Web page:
1. FrankABlissett
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    FrankABlissett Active Member

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    Handling Flashbacks

    Discussion in 'General Writing' started by FrankABlissett, Nov 30, 2010.

    I've got a bug in my brain to write a short where the narrator is looking back on an event years earlier.

    I'm thinking something like "Wonder Years", where the narrator interjects current thoughts into an extended flashback.

    The most obvious solution I can think of is different fonts. While that may work well for graphic novels, I don't really see it looking good in pure prose.

    Any other ideas out there?

    -Frank
     
  2. Cogito
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    Cogito Former Mod, Retired Supporter Contributor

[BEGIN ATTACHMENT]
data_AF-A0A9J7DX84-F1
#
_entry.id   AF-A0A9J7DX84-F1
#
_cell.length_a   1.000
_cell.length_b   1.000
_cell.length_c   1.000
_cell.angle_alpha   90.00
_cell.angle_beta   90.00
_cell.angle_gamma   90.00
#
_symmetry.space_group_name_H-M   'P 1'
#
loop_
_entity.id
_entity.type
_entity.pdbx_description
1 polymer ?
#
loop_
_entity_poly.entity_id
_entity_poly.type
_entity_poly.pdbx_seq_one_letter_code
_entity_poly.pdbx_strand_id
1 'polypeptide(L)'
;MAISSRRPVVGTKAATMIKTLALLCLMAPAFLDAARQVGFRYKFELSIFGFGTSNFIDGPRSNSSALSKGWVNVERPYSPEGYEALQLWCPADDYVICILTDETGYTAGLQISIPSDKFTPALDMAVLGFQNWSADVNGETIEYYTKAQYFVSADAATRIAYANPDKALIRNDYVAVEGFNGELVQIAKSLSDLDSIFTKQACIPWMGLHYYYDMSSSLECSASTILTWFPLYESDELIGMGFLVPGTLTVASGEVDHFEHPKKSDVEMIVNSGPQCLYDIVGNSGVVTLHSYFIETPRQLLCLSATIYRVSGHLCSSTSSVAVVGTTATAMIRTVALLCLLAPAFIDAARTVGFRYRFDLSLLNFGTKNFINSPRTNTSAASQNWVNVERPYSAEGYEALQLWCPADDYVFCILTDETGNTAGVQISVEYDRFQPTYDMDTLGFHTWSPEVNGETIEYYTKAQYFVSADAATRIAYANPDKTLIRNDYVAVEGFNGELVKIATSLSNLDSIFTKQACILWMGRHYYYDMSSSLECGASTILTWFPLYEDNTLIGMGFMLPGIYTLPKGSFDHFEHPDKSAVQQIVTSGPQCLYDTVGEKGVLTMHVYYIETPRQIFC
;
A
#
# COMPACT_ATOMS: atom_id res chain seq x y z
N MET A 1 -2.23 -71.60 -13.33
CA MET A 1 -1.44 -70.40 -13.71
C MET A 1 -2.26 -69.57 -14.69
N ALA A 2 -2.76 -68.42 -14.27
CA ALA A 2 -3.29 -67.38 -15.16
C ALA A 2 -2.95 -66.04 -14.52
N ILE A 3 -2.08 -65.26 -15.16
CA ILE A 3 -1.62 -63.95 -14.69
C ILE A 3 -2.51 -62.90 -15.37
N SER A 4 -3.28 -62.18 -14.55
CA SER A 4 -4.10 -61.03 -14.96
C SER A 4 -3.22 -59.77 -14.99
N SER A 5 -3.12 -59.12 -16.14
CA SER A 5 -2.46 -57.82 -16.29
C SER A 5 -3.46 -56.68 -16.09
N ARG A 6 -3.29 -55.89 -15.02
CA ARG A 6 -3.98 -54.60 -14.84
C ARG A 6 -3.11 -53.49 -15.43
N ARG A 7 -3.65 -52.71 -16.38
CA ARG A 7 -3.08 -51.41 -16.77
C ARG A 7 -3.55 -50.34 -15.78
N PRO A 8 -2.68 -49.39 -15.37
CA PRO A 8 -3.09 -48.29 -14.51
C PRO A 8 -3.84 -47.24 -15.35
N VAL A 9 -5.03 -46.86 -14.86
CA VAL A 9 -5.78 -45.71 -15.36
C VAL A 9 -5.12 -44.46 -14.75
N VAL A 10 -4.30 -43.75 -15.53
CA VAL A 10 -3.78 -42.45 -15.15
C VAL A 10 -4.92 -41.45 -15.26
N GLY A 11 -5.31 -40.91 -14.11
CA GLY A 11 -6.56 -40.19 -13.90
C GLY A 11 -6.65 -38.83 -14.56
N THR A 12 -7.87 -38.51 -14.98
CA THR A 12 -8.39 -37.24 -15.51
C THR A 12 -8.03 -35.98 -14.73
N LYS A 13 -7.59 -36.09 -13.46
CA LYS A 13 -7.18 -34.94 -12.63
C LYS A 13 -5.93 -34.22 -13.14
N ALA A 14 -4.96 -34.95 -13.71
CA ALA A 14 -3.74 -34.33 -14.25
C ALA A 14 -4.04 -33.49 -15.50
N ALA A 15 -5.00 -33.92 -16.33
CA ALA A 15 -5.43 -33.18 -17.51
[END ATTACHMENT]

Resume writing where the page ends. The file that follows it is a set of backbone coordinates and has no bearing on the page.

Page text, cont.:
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    How about isolating the narrator passages to the beginning of chapters, and writing it as a block quote (indented block)?

    The publisher is free to choose a different visual representation. Your job is only to set it apart in a form appropriate for manuscript.
     
  3. FrankABlissett
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    FrankABlissett Active Member

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    Cogito,

    I'm not looking at chapters - just a short fiction.

    Hadn't looked at writing it for publication, so I suppose it can look clunky and unmanaged and all would be okay. It'd still be interesting to hear some ideas for managing it.